click here). I really enjoyed talking to the Lifeboat crewmembers after the service over coffee, because all those I spoke with were amazing guys - so humble and down-to-earth and yet what they do is so giving and sacrificial and really a gift to the community.
On Monday I had the pleasure of meeting for lunch and discussion with many other women clergy from our archdeaconry, our Dean of Women in Ministry, our Archdeacon and our Suffragan Bishop. I really enjoyed meeting with other women clergy, especially those I had not yet met. I love hearing other people's stories of ministry challenges. In our group discussion we mainly talked about the Church of England's draft legislation on women bishops, particularly the debates that have been happening in local deaneries. Later on Monday I hosted a ministry team meeting at my house, which I always enjoy because we do talk about things that really matter in the parish, i.e. mission and ministry.
On Tuesday I conducted a funeral for a baby that lived for just under an hour after being born at 23 weeks gestation. I had seen the baby's photograph and handprints and footprints, which were just precious. The mother and father, of course, were devastated. It was very intense conducting this funeral, compared with how it feels to conduct the funeral of someone in their 90's. Tuesday evening I attended the Sea Cadets unit where I am chaplain (or Padre). After colours and prayers I sat in on the Meteorology class, all about clouds and their names and characteristics. I enjoy getting to know the cadets and having a laugh with them, and the staff are great.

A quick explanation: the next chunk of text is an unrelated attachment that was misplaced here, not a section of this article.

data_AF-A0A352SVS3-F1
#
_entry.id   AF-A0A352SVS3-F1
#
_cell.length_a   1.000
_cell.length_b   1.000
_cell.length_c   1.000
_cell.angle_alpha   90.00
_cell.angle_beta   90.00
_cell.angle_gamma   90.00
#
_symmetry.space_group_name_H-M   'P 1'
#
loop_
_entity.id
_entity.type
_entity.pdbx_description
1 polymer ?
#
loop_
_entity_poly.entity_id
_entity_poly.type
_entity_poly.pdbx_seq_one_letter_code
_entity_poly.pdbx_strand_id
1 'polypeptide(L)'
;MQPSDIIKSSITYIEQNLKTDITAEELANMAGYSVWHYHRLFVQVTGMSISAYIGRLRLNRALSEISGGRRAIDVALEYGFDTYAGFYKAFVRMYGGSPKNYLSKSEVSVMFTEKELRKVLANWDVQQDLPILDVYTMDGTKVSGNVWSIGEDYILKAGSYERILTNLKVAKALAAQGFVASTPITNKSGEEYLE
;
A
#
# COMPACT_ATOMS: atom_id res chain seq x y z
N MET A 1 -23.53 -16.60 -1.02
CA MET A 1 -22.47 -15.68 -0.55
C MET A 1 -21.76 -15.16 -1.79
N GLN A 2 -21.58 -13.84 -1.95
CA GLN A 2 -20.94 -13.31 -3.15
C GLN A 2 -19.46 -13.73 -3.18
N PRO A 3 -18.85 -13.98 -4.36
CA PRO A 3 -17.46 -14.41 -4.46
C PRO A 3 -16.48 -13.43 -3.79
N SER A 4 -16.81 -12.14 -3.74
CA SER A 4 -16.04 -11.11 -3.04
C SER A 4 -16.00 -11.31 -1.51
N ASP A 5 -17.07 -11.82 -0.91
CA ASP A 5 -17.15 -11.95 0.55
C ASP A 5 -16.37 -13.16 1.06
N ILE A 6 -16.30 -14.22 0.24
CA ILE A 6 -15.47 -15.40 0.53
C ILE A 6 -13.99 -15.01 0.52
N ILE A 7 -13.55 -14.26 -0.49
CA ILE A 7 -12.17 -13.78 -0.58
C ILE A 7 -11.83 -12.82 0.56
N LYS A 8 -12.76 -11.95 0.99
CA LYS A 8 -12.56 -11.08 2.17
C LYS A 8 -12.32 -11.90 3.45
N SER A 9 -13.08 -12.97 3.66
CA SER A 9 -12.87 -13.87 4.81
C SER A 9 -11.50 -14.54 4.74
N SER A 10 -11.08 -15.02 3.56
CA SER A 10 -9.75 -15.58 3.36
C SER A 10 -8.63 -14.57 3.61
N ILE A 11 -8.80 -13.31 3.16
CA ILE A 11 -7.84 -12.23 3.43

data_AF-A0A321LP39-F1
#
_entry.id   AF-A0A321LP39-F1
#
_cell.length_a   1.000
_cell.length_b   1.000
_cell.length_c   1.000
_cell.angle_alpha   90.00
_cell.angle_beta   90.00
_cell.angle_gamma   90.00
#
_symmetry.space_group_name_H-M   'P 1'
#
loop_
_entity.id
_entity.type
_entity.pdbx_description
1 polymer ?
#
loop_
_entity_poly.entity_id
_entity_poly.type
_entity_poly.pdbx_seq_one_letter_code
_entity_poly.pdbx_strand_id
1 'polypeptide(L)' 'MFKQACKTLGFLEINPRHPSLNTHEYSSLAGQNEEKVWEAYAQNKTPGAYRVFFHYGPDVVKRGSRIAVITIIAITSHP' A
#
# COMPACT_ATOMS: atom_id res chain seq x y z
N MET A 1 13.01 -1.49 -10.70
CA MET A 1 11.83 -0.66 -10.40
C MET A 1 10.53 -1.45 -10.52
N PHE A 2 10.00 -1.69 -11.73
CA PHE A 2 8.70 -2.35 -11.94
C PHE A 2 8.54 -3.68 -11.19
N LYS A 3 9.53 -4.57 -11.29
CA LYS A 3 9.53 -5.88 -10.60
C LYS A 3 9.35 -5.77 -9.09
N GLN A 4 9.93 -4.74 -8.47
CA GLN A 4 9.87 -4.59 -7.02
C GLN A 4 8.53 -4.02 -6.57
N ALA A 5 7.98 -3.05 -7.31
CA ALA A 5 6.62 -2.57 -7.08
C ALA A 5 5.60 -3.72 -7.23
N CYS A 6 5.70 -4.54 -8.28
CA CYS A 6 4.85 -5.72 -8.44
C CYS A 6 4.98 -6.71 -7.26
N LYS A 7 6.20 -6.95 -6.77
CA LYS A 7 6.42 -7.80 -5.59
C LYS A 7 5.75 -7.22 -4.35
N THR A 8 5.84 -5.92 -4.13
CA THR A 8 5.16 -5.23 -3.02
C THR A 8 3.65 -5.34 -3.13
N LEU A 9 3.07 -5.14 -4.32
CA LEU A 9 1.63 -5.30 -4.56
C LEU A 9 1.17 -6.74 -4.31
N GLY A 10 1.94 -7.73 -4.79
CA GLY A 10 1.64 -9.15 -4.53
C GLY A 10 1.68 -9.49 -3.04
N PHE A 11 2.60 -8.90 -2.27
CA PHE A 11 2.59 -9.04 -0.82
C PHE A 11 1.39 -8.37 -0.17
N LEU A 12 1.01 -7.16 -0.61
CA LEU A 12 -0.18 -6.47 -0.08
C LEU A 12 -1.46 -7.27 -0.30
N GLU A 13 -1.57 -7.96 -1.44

On Wednesday morning I worked on my two sermons for Sunday. In the afternoon I got a phonecall from my training incumbent asking if I would go see a parishioner in hospital who, he had been informed, was dying. This woman was 93 years old and I had visited her at home several times. At hospital I found her unconscious and breathing was shallow. The nurse said that she had been alright the night before, but took a turn in the night for the worse. The woman's two closest friends were there, as she has no family. I held her hand and prayed with her, the last rites, and read from the psalms and other parts of the bible. A couple hours after I returned home, I was told that she passed away. What a deep mystery death is - she passed very peacefully, but I'm sure she heard me, and her friends, while we were there.
Today, Thursday, in the morning I made sandwiches for the new Lunch Club that was launched today. Our Lay Reader publicised this lunch club to several establishments around our community where there are people who have mental illnesses, inviting them to come for lunch on the first Thursday of each month. We had a turn-out of 10 guests, which I thought was super. It was an immense privilege being involved in this today, and I look forward to the next one. These people were good to be with. Then, in the afternoon, I went with one of my parishioners to the opening of the Wirral Food Bank warehouse, and to meet with the guy whose running it. My car boot was full of food donations, from our Harvest Festival, so it was wonderful to off-load that. We are considering whether our church might be able to be a distributor for the food, for people in our area. It's very exciting!
Usually we have music group practice on a Thursday night, but thankfully it was cancelled tonight. Tomorrow is my day off. Saturday, well, I still have to finish the two sermons for Sunday, don't I! A week in the life of a curate.